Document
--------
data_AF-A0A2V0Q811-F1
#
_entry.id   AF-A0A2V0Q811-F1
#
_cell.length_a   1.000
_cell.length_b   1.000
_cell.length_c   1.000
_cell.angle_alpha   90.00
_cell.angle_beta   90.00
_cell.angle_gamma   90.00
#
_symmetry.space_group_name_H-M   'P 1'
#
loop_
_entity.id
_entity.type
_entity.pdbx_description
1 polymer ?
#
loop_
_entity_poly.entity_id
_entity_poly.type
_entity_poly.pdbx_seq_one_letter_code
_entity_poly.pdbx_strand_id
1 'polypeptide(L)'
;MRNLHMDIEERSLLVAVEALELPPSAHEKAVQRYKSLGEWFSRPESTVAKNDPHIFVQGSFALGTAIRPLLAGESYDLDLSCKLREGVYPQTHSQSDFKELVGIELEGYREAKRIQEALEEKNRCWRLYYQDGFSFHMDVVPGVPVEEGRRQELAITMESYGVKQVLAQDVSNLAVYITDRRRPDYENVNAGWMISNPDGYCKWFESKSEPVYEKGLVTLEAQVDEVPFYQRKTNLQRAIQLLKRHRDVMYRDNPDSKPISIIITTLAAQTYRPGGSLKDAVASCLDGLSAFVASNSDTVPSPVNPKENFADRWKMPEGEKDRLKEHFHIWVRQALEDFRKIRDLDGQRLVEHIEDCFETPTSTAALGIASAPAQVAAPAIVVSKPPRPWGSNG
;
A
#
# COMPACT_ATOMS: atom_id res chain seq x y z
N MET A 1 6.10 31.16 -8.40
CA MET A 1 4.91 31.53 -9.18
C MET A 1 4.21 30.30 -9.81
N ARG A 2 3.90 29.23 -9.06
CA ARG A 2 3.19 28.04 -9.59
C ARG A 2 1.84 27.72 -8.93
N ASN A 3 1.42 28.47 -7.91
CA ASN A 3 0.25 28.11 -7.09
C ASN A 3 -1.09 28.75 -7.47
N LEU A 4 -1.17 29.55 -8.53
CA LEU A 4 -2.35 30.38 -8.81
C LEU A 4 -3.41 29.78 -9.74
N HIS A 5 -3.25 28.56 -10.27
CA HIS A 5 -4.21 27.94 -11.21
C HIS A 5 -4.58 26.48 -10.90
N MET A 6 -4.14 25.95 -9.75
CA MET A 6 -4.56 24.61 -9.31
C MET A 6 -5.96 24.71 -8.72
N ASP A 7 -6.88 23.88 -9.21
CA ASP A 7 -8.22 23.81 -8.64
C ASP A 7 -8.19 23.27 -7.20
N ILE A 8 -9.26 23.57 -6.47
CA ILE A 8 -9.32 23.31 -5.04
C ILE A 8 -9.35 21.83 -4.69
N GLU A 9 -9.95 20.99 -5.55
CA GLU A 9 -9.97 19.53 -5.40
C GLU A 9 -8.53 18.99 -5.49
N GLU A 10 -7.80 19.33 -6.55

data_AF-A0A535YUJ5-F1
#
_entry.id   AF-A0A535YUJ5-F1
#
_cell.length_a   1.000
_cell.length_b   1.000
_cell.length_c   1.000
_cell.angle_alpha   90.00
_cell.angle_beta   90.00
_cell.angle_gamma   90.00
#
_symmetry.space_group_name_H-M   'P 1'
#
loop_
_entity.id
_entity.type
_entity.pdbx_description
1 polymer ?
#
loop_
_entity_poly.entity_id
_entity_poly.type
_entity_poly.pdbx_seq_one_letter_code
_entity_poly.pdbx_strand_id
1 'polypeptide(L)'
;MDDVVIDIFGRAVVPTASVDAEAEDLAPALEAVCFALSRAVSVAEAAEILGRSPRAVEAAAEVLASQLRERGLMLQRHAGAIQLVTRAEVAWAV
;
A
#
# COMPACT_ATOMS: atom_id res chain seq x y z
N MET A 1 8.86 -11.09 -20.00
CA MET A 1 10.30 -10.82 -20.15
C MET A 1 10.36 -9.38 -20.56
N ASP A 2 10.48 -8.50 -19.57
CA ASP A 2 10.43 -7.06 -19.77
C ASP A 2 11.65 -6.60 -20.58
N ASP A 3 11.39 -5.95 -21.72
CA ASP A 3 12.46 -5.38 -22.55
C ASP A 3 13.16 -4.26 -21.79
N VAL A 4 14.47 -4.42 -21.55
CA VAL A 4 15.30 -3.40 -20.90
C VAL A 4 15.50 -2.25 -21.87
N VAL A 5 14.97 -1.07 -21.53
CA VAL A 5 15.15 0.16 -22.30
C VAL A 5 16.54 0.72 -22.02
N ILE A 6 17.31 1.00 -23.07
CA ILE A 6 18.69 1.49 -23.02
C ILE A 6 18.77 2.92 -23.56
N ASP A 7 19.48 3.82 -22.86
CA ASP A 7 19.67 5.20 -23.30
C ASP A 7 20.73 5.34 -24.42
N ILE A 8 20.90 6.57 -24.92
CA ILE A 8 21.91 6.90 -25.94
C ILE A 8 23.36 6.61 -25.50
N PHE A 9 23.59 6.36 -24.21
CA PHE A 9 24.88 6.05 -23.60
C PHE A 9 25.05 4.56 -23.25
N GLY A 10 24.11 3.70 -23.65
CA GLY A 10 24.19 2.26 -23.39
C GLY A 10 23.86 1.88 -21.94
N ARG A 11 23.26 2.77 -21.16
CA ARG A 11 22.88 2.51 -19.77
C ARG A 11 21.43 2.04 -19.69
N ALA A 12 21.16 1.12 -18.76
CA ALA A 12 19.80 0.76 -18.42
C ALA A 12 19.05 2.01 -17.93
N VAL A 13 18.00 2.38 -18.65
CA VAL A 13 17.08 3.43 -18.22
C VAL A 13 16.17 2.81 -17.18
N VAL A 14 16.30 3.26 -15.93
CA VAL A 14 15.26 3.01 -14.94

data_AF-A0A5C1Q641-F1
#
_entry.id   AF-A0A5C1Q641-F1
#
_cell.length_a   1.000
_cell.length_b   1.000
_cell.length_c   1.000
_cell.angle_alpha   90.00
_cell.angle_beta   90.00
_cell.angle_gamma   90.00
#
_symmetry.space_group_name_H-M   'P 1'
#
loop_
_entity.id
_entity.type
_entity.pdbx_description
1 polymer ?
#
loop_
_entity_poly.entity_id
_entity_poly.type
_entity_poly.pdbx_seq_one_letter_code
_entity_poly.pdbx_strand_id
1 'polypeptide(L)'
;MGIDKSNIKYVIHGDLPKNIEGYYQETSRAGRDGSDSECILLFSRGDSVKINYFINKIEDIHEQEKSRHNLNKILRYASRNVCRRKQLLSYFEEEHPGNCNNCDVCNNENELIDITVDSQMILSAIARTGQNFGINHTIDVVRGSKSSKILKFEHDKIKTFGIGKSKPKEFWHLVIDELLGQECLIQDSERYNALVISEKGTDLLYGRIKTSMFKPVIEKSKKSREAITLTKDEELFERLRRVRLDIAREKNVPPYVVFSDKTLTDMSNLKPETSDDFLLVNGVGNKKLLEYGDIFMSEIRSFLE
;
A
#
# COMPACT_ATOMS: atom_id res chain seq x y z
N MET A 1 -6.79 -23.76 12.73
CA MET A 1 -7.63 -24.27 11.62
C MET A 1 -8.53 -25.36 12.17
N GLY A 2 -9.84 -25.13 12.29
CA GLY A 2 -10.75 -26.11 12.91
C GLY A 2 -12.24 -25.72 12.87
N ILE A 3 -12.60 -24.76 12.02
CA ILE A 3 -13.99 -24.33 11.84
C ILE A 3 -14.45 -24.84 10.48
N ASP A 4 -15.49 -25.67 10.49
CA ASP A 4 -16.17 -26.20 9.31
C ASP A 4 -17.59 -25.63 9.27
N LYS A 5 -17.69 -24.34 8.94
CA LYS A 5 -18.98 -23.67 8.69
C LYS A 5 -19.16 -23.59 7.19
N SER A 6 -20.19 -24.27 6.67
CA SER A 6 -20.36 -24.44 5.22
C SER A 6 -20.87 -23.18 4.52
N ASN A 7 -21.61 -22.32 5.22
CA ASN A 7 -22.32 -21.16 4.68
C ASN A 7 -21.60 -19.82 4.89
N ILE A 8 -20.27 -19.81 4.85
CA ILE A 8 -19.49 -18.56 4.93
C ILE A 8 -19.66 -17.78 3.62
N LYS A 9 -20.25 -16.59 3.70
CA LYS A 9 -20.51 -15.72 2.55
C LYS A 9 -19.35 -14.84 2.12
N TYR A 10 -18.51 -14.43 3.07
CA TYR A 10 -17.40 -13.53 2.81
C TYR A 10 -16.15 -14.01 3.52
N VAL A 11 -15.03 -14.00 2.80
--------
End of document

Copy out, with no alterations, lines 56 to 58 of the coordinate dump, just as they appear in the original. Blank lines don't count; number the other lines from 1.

CA GLU A 9 -9.97 19.53 -5.40
C GLU A 9 -8.53 18.99 -5.49
N GLU A 10 -7.80 19.33 -6.55